I went to the Bennington (VT) Museum to meet with Lisette's soon-to-be publisher and the museum archivists. There was a present waiting for me: a photo from the Museum's "Highlights of the Collection" catalogue. To wit:

"Figure 51. PA-TUS-SE-NON (SHOT BAG), 1810
Lizette Harmon, Cree Indian, 1790-1862
Porcupine quills, red floss, beads, leather
H: 11 in. W: 7 in
Gift of Mrs. Nelson Bradley Carter

"…This shot bag was made by Lizette for her husband and was decorated with naturally-dyed porcupine quills. Although shot bags do survive, few can be found with leather in such fine condition, with such vibrant colors still evident, or with such strong documentation and history.""

Just imagine. After ten years roleplaying this obscure M├ętis woman, to see a color photograph of something she made with her own hands. And such an artifact. I'm thunderstruck. I must see the actual thing itself asap, and *of course* I'm burning to try to copy it as it's gorgeous. Now I have to find someone who can teach quillwork.

We also discovered where she died—Sault au Recollet, now a suburb in North Montreal—and where she is buried–Lot G.11 at the Mount Royal Cemetery. From 1821 to 1843, she lived literally an hour and a half up the road from me, in Coventry, Vermont, founded by the Harmons and funded by Daniel's NWC earnings. She lived to the age of 70, having her first child at age 14 and her 14th at age 47. We've got the Harmon family genealogy waiting to be worked on, and best of all, I have her marriage date at your fort!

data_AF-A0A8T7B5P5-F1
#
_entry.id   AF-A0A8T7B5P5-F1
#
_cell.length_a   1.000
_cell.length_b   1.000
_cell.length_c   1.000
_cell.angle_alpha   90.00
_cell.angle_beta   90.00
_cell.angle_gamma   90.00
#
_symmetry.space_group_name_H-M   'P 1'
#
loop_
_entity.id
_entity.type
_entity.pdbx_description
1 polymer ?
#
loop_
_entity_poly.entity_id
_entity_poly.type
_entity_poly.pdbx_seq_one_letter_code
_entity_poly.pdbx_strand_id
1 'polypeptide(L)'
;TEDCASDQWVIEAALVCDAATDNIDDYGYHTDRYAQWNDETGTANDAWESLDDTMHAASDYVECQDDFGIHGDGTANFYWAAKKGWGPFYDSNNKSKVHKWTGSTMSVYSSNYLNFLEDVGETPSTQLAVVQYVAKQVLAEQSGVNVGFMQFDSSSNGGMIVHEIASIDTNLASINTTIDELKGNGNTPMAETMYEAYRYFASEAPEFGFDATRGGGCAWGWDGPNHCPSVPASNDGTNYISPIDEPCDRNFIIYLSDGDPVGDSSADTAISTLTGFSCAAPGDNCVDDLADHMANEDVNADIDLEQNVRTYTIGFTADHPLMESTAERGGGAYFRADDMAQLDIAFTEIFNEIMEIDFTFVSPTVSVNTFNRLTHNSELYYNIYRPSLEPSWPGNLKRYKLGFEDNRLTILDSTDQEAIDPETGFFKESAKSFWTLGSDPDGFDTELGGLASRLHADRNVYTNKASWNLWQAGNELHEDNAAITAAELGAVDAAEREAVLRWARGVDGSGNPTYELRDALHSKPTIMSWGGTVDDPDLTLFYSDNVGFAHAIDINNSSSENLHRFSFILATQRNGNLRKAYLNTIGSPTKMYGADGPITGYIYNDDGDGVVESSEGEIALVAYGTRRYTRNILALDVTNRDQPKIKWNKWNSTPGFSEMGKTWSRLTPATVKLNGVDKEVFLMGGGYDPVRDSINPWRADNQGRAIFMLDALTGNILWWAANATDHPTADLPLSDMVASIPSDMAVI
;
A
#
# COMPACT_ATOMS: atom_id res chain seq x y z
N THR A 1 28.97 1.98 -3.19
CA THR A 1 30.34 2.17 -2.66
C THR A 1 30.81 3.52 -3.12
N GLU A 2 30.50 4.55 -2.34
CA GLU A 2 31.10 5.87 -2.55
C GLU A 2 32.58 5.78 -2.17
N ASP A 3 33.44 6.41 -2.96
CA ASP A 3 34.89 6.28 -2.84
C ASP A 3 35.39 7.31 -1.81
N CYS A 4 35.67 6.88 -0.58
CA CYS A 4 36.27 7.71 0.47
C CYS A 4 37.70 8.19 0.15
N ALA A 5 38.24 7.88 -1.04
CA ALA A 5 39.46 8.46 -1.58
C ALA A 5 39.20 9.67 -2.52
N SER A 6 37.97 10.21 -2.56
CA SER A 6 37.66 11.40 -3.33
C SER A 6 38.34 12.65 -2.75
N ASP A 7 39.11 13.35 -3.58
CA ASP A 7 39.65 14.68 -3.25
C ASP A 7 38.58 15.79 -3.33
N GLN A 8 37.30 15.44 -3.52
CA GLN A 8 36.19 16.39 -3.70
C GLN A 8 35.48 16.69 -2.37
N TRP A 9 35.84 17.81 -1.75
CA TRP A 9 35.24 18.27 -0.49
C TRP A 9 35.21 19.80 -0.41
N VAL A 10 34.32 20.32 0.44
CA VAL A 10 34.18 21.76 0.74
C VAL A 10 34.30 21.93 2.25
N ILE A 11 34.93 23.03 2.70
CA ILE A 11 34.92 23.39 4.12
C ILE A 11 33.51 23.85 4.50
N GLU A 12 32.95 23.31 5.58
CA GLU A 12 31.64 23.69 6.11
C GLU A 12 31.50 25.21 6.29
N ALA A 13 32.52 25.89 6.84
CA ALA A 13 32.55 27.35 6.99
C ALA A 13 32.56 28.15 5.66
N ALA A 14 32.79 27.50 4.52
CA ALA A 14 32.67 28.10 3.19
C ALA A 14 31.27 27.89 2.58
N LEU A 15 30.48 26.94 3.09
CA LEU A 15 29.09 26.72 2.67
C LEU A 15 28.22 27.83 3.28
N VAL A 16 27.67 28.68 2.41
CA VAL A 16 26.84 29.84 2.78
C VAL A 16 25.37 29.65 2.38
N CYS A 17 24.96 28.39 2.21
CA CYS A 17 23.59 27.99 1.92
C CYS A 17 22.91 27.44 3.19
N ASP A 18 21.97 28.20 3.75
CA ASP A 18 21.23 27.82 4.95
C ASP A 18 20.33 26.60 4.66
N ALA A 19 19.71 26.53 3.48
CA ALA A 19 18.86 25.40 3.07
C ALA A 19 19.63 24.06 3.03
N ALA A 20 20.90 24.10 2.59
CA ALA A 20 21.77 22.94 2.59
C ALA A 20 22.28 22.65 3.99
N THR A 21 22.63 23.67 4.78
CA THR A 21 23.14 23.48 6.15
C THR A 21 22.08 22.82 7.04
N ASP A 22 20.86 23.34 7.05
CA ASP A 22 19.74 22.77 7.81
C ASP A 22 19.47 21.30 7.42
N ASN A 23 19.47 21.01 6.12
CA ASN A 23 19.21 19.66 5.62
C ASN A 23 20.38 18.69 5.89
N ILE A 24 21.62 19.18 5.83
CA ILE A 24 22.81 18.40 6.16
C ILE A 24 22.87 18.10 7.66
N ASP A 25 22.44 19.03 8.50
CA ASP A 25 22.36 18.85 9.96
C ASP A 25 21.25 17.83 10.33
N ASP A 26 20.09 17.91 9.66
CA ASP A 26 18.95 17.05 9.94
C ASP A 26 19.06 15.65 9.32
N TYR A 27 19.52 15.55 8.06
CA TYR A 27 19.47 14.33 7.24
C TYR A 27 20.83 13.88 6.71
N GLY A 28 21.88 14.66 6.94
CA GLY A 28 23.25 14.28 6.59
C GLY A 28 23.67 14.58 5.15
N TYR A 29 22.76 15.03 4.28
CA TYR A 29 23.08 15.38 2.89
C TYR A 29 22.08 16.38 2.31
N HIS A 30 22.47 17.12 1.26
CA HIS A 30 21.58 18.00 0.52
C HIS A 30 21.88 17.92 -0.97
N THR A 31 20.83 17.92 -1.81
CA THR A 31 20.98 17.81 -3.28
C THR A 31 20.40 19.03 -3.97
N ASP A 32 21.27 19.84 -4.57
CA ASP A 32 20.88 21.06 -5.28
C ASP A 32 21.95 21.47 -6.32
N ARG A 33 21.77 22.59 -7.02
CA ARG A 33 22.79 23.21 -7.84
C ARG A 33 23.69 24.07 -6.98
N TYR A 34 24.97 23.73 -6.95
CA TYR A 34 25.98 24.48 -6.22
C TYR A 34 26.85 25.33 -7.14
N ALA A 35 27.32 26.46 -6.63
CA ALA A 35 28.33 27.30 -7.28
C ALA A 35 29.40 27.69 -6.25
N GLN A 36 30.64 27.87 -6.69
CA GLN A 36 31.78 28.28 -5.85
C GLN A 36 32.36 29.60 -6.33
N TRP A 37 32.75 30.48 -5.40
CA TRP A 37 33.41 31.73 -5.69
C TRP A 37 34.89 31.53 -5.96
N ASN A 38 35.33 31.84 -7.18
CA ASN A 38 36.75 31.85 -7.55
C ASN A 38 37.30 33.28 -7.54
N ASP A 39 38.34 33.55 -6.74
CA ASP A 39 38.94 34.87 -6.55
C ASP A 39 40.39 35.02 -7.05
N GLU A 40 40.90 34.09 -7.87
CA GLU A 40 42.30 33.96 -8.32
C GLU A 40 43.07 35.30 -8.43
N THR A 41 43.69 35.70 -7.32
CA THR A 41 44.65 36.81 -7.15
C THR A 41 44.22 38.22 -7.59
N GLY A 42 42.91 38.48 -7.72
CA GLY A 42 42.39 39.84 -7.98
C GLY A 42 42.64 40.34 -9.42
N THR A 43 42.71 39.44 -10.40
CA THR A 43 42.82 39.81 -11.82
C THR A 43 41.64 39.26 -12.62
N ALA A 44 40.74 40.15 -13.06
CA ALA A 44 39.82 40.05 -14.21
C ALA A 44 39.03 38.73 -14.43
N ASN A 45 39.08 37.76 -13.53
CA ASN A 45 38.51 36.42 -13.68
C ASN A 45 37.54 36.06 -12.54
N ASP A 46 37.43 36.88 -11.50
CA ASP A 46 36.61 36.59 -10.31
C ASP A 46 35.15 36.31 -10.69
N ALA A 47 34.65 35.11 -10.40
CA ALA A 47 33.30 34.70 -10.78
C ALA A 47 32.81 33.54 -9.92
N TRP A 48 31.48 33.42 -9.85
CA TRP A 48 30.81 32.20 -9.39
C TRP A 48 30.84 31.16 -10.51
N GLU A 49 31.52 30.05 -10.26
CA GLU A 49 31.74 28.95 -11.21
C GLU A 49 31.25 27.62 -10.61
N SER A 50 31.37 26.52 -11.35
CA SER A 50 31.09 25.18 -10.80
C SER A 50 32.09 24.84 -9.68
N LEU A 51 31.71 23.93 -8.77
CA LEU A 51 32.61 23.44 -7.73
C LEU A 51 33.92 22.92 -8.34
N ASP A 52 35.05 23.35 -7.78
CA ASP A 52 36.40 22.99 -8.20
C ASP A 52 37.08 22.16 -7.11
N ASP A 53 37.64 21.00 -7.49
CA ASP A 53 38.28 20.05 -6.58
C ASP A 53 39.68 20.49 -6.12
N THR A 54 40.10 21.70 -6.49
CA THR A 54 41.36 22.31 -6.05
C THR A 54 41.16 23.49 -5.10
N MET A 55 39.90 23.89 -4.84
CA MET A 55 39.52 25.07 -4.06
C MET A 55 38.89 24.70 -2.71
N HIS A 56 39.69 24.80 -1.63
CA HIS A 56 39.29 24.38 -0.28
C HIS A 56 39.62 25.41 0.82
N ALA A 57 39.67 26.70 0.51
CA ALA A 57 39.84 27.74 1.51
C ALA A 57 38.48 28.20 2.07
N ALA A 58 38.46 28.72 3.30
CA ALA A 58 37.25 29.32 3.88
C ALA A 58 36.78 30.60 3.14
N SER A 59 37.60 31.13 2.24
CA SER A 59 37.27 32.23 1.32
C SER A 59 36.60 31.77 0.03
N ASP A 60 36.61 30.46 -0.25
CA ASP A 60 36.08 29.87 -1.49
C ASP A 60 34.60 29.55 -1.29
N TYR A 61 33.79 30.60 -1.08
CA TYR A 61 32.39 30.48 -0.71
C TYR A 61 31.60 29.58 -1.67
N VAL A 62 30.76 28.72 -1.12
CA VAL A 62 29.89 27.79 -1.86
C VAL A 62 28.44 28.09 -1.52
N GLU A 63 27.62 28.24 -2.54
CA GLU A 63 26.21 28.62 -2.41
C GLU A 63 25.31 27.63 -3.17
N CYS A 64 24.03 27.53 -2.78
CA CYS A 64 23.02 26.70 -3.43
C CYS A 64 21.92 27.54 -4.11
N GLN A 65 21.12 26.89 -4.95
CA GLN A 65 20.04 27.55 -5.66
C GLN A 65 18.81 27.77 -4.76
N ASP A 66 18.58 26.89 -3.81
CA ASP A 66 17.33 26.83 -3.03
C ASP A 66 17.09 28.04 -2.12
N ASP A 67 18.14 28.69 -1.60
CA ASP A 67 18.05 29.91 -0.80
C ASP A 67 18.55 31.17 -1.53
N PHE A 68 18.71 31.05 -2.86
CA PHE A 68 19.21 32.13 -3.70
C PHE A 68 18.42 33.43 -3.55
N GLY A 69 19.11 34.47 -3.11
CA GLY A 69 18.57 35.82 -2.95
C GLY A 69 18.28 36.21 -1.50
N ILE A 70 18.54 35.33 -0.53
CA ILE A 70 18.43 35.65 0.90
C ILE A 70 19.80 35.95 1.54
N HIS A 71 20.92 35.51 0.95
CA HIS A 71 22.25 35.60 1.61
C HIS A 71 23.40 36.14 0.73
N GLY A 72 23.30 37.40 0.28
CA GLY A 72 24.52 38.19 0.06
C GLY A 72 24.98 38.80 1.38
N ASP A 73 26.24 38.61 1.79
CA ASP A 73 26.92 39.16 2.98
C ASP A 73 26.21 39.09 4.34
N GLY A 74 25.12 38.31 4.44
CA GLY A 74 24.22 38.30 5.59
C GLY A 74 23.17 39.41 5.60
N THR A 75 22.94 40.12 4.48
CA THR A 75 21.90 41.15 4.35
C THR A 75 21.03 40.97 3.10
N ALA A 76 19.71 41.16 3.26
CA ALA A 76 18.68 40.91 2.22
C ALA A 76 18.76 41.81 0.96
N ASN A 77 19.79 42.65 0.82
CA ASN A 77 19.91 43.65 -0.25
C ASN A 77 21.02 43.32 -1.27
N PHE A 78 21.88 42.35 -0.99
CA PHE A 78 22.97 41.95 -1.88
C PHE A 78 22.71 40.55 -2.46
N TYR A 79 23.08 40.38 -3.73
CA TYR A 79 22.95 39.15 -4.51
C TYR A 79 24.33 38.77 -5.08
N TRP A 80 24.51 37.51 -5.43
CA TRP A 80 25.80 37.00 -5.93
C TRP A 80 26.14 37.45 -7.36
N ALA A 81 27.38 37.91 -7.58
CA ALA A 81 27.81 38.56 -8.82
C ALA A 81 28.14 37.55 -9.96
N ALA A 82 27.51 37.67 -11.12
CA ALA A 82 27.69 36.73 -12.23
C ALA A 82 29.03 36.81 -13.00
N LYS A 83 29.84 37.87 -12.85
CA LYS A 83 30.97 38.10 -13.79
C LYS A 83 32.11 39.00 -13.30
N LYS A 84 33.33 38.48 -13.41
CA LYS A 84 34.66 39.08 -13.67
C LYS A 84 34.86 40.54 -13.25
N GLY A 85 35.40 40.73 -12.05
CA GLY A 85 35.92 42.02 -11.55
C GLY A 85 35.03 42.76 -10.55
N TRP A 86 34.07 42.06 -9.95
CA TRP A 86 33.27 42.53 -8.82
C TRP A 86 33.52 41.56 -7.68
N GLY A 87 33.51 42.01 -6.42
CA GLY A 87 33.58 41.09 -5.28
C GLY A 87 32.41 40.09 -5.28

"Daniel Williams Harmon, b. in Bennington, February 19, 1788; m. Lizette (or Elisabeth) Laval (or Duval), in Fort William, Canada, August, 1819." (source: John Spargo, "Two Bennington-born Explorers and Makers of Modern Canada," 1950) Note: the other "Bennington-born Explorer is Simmon Fraser, as in River and University. He took Daniel's place as the leader of the Mandan Expedition of 1806.